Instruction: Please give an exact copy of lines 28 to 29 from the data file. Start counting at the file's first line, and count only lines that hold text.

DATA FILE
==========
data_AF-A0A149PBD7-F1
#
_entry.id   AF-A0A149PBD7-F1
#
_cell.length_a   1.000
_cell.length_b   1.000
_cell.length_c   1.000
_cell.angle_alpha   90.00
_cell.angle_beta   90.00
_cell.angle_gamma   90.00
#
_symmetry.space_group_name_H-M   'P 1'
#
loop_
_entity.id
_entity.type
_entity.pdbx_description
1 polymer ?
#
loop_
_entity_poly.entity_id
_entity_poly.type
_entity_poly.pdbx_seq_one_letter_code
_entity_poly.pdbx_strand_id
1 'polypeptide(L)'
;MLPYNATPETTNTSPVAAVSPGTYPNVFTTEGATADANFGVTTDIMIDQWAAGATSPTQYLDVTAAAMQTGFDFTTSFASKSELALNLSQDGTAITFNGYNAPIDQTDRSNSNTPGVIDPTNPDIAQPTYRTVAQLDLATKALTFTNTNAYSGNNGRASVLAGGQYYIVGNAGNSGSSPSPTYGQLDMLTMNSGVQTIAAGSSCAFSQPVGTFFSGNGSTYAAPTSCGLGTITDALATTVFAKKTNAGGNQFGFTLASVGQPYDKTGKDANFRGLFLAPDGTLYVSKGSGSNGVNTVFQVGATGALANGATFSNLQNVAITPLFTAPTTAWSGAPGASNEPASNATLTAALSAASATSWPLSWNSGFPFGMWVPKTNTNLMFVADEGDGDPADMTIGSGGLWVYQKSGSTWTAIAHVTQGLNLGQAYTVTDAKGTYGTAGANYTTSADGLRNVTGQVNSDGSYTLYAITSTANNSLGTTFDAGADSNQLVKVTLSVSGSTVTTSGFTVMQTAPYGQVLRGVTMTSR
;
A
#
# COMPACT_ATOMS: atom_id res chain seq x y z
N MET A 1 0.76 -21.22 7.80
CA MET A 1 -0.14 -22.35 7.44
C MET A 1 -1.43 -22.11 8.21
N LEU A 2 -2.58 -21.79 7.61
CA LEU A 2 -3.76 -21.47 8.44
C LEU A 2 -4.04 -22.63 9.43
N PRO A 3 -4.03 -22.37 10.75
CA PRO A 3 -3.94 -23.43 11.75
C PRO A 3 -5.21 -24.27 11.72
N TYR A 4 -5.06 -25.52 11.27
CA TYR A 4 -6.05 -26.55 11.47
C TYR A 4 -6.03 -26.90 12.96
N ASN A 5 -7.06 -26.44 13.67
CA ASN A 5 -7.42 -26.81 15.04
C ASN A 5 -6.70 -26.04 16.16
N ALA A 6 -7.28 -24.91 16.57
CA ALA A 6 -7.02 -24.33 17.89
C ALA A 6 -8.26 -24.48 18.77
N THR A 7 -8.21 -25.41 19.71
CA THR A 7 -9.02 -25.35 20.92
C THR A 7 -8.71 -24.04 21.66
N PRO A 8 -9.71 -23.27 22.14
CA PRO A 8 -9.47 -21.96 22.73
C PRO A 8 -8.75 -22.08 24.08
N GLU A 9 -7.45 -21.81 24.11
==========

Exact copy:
A
#